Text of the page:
FIG. 4 is a top plan view of a section of fabric woven in the filling direction with roving processed in accordance with this invention;

FIG. 5 is a sectional view taken along the line 5--5 of FIG. 4;

FIG. 6 illustrates diagrammatically the resistance to flow of fluids through filter media made in accordance with the invention herein as compared with untreated roving and/or yarn as a function of varying flow rates;

FIG. 7 is a fragmentary perspective view illustrating treated roving of the invention herein wound about a perforated core which is useful as a filter cartridge; and

FIG. 8 is a top plan view of a section of fabric woven with treated roving of the invention herein both in the warp and filling directions.

DESCRIPTION OF THE PREFERRED EMBODIMENTS In accordance with this invention an improved roving is formed having a strand of condensed fibers which cross over at a multiplicity of points throughout the strand. An adhesive material is applied to the fibers to provide adhesive at the points of crossover to form bonding sites to produce a roving having improved physical and chemical characteristics of increased high strength of draft and which is adaptable for weaving into fabric without first being formed into yarn; has good flexibility, elasticity, resiliency, abrasion resistance, permeability and unexpected high filtration efficiency of fluids such as liquid and gas.

FIG. 1 is a schematic view of roving 20 which includes a strand of entangled staple fibers such as 31 and 32 which form a condensed fiber reticulated network. These fibers cross over one another at numerous points 13 throughout roving 20. FIG. 2 is a close-up view of condensed fibers 31 and 32 having points of crossover or overlap 13. FIG. 3 is a greatly enlarged view of a bonding site at a point of crossover 13 showing condensed fibers 31 and 32 having adhesive coating 40 applied over their surfaces.

FIG. 4 is a top plan view of fabric 30 woven from yarn 21, 22, 23 and .25 in the warp direction and roving 26 and 28 in the filling direction. FIG. 5 is a sectional view of fabric 30 showing yarn 21, 22 and 23 in the warp direction and roving 26 in the filling direction.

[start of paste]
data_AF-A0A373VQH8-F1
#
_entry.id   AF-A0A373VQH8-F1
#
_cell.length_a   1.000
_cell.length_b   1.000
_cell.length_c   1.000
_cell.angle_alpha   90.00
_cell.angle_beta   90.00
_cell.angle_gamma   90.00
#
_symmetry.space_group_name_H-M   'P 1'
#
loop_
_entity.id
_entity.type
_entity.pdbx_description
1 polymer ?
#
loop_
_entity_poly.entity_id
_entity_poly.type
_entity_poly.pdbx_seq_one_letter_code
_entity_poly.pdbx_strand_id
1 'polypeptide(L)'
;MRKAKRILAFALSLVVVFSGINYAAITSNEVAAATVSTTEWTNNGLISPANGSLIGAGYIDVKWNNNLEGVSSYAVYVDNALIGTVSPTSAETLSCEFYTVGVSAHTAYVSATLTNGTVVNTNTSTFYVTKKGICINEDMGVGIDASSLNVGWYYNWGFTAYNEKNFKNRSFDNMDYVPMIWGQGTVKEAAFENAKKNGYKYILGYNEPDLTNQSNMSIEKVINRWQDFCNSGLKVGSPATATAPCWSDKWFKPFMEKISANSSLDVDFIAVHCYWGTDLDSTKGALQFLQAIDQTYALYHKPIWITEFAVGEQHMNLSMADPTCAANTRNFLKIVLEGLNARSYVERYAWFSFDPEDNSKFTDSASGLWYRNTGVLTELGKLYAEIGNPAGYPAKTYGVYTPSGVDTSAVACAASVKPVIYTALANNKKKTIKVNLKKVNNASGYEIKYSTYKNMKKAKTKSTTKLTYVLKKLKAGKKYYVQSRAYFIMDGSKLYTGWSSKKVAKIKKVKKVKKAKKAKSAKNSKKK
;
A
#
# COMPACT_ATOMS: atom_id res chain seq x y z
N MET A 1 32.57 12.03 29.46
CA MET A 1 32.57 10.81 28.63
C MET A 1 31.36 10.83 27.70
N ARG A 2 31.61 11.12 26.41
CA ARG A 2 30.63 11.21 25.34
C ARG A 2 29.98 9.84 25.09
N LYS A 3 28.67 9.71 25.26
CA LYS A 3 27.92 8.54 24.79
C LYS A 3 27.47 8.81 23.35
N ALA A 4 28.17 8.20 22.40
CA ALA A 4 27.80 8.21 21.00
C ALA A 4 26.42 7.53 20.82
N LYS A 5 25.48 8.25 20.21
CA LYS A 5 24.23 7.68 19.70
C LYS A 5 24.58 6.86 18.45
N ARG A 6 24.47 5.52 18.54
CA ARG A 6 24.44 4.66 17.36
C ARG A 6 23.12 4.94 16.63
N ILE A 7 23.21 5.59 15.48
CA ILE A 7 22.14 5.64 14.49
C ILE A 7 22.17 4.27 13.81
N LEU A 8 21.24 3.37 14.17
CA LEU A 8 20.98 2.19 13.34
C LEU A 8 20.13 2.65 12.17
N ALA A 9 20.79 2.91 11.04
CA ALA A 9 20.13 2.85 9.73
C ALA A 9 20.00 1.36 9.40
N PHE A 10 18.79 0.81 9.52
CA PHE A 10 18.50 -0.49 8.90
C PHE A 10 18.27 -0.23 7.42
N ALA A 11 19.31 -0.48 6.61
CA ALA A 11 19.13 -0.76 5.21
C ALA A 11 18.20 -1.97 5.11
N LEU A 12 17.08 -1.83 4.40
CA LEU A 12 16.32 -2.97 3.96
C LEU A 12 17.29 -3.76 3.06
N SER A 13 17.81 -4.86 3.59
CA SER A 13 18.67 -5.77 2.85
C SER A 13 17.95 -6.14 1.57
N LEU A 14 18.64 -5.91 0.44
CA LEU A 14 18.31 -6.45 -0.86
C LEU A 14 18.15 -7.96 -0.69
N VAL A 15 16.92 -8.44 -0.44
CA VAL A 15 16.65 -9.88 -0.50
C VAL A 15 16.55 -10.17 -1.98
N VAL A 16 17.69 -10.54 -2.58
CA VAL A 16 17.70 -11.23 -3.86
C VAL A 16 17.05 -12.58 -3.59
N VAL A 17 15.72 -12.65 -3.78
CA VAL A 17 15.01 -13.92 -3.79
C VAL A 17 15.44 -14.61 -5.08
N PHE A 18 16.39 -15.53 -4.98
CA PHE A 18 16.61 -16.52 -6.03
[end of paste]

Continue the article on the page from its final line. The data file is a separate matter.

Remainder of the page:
The fibers within roving 20 are bonded at points of crossover due to the adhesive applied to the staple fibers 31 and 32 forming treated roving 20 which is not twisted, as is yarn 21, 22, 23 and 25 and is adaptable for weaving into fabric as shown in FIG. 4. It is to be noted, however, that adhesive 40 is applied to fibers 31 and 32 respectively along the fiber lengths as well as at the point of crossover 13. The adhesive improves the strength of roving 20 due to formation of bonding sites 13 at points of crossover 13.

FIG. 7 illustrates one form of a filtration device in which a continuous strand of treated roving 20 is wound about a perforated core member 52 having perforations 54 uniformly distributed over substantially its entire surface. In operation filtration device 50 is inserted into a filter cartridge housing in which the fluid to be filtered is introduced through core 52. The fluid passes through perforations 54 and is filtered by the treated roving 20 by passing through the voids formed in the treated roving as illustrated in FIG. 2. The filtered fluid is then carried away after passage through roving 20.